S&P Maintains Negative Outlook on Jamaica, Citing Debt, Low Growth


Above: Kingston

By the Caribbean Journal staff

Standard & Poor’s has maintained its negative outlook for Jamaica, while affirming its “B-/B” long and short-term sovereign credit ratings on the country, the ratings firm announced.

“Our ratings on Jamaica reflect its high general government debt and interest burden; limited fiscal, monetary and external flexibility; and low growth prospects,” said Joydeep Mukherji, a credit analyst at Standard and Poor’s. “They also reflect the country’s political stability and relatively developed domestic capital markets.”

The outlook also reflects the country’s “low growth prospects,” with the economy reportedly set to expand by 1 percent or less this year, according to S&P.

Jamaica’s general government debt burden was 126 percent of GDP in 2011, and Mukherji said the firm expected it to remain at a similar level in 2013.

“The negative outlook incorporates our expectation that the government will continue to rely on the domestic capital marekt, multilateral funding and possible international issuances to finance its fiscal and external gap in the short term,” he said. “We also expect that the government will take additional measures in case lower-than-expected GDP growth or higher-than-expected increases in the public-sector salary bill threaten to undermine its budget targets for the current fiscal year.”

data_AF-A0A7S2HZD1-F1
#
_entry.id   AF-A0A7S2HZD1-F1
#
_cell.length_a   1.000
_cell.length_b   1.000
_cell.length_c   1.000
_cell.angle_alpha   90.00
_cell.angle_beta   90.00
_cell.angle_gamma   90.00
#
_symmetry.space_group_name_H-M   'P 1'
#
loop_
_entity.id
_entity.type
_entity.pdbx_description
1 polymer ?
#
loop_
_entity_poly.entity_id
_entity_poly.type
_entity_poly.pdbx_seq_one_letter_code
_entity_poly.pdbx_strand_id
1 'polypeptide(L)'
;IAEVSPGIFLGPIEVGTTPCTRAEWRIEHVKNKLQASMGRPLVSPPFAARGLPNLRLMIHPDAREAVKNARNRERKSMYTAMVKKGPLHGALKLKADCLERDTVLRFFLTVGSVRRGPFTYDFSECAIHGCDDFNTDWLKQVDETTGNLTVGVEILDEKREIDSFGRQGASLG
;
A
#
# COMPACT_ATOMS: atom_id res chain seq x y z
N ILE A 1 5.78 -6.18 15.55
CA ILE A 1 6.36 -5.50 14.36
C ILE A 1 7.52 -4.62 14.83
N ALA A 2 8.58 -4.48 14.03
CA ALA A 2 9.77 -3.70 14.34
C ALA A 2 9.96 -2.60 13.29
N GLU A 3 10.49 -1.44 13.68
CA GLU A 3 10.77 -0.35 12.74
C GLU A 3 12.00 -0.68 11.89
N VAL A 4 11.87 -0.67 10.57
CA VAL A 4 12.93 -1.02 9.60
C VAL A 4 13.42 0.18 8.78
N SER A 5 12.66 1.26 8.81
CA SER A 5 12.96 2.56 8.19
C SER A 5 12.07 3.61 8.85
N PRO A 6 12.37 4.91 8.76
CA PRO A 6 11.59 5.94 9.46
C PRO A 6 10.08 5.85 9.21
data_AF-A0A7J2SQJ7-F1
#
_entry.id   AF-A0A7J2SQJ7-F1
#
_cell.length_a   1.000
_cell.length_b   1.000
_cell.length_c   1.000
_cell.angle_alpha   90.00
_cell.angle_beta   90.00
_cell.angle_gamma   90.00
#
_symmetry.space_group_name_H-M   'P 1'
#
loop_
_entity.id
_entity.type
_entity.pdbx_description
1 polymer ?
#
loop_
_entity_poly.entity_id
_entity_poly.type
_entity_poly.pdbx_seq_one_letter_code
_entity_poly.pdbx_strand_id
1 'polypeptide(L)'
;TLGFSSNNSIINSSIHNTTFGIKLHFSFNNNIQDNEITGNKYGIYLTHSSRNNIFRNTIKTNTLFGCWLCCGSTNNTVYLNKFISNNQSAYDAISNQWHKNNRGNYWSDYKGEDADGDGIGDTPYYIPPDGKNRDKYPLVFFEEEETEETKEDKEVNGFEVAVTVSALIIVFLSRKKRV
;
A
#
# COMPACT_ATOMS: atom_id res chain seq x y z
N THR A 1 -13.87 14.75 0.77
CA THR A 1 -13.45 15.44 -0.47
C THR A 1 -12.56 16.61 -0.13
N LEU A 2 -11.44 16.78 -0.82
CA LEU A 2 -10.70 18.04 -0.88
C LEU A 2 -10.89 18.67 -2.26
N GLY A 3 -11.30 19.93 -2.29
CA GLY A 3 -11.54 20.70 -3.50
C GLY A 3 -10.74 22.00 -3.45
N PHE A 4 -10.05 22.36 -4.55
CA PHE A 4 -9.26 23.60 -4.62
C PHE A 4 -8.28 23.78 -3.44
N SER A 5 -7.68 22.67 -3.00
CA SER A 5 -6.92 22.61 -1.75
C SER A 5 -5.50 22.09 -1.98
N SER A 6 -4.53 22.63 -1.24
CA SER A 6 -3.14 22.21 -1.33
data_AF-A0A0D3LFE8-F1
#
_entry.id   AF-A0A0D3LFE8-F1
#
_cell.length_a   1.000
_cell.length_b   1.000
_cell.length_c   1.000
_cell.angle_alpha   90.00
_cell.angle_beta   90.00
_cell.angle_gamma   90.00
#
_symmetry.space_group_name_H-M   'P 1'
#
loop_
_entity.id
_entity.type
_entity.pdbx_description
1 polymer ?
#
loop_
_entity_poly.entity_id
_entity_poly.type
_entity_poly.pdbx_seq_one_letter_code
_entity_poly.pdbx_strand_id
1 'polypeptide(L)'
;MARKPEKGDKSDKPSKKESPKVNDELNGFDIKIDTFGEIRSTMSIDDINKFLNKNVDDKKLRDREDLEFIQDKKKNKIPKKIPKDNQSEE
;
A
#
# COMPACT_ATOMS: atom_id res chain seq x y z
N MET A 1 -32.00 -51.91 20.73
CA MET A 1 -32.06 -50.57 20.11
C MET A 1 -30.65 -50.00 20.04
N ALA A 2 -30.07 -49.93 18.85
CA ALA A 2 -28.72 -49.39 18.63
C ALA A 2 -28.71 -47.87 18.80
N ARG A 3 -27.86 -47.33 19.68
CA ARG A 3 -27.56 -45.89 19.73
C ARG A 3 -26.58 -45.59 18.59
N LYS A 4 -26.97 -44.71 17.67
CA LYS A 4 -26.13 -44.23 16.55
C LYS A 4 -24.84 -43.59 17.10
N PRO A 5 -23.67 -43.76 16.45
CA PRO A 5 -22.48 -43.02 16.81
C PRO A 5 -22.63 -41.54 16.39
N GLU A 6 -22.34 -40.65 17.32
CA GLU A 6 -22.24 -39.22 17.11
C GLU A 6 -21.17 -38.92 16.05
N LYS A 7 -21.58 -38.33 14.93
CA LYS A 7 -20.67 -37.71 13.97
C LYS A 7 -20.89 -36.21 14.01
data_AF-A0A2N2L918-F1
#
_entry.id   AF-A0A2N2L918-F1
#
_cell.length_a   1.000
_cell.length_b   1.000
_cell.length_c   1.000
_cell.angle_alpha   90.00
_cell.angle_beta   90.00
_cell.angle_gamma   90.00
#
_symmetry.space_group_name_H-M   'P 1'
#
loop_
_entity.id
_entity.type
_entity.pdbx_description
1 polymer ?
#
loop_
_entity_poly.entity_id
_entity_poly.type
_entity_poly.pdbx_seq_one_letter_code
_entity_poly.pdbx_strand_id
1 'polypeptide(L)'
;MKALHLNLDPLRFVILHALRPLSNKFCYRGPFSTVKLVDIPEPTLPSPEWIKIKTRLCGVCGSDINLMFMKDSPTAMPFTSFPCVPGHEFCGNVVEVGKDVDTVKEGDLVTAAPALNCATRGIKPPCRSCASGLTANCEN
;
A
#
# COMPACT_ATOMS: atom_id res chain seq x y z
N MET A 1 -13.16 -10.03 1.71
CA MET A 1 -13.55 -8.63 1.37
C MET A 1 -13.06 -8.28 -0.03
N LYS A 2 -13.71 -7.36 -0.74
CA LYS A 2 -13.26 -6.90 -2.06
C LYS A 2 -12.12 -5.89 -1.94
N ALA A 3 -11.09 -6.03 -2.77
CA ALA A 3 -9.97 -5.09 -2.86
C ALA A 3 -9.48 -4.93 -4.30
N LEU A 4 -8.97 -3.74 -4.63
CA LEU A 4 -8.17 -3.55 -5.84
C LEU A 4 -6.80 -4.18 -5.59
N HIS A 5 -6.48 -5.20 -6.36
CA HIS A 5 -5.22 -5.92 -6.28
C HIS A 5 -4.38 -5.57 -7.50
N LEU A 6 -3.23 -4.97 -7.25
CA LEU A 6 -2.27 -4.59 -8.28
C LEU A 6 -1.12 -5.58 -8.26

S&P said a “prolonged” loss of foreign exchange reserves could weaken investor confidence, and raise the risk of greater exchange rate volatility.

“If the government fails to stabilize Jamaica’s external account, the resulting further loss of external liquidity would likely lead to a lower rating,” he said.

Conversely, the firm also said it could raise Jamaica’s outlook to stable if it can “staunch the recent loss of external liquidity,” along with presenting a credible medium-term economic plan.


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